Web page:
Letters to a Young Lady on a Course of English Poetry

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Hopkins and Seymour, 1806 - Books and reading - 297 pages
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Page 71 - This day, black Omens threat the brightest Fair, That e'er deserv'da watchful spirit's care; Some dire disaster, or by force, or slight; But what, or where, the fates have wrapt in night. Whether the nymph shall break Diana's law, Or some frail China jar receive a flaw; Or stain her honour or her new brocade; Forget her pray'rs, or miss a masquerade; Or lose her heart, or necklace, at a ball; Or whether Heav'n has doom'd that Shock must fall.
Page 40 - Inspir'd repuls'd battalions to engage, And taught the doubtful battle where to rage. So when an angel by divine command With rising tempests shakes a guilty land, Such as of late o'er pale Britannia past, Calm and serene he drives the furious blast ; And pleas'd th' Almighty's orders to perform, Rides in the whirlwind, and directs the storm.
Page 62 - Yet should some neighbour feel a pain, Just in the parts where I complain, How many a message would he send ! What hearty prayers that I should mend...
Page 71 - Essences exhale ; To draw fresh Colours from the vernal Flow'rs ; To steal from Rainbows ere they drop in Show'rs A brighter Wash ; to curl their waving Hairs, Assist their Blushes, and inspire their Airs ; Nay oft, in Dreams, Invention we bestow, To change a Flounce, or add a Furbelow.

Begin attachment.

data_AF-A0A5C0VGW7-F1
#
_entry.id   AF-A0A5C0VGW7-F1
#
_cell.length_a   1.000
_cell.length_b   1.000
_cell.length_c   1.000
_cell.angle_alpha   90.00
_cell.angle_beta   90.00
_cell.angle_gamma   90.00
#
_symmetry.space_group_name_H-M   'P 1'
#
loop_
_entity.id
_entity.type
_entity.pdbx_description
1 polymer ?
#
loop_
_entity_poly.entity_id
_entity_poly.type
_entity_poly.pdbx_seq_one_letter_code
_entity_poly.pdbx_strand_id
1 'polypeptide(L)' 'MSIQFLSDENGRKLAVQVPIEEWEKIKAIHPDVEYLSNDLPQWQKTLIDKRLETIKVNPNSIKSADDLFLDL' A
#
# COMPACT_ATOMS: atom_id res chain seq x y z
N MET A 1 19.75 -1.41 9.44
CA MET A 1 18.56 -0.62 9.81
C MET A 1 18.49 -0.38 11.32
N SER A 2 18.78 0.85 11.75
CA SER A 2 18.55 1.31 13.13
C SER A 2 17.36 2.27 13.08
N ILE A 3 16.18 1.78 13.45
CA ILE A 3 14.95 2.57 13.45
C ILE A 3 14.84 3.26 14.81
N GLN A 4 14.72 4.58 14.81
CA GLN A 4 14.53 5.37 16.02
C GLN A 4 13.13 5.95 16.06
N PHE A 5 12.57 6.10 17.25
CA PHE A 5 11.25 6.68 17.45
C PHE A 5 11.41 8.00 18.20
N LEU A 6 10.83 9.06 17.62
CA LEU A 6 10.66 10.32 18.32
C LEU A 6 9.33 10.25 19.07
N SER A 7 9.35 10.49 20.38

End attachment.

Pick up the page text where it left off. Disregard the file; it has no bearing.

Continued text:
Page 203 - The noisy geese that gabbled o'er the pool, The playful children just let loose from school; The watchdog's voice that bayed the whispering wind, And the loud laugh that spoke the vacant mind; These all in sweet confusion sought the shade, And filled each pause the nightingale had made.
Page 175 - ... of old to fame. None but his brethren he, and sisters, knew, whom the kind youth preferr'd to me; and ev'n in that we did agree; for much above myself I lov'd them, too.
Page 1 - But hail, ye mighty masters of the lay, Nature's true sons, the friends of man and truth! Whose song, sublimely sweet, serenely gay, Amused my childhood, and inform'd my youth.
Page 47 - And borne by winds the scatt'ring sparks arise; From beam to beam the fierce contagion spreads; The spiry flames now lift aloft their heads, Through the burst sash a blazing deluge pours, And splitting tiles descend in rattling show'rs. 360 Now with thick crowds th...
Page 96 - Fear'd her stern frown, and she was queen o' the woods. What was that snaky-headed Gorgon shield, That wise Minerva wore, unconquer'd virgin, Wherewith she freez'd her foes to congeal'd stone, But rigid looks of chaste austerity...
Page 28 - More than a mile immersed within the wood, At once the wind was laid; the whispering sound Was dumb; a rising earthquake...

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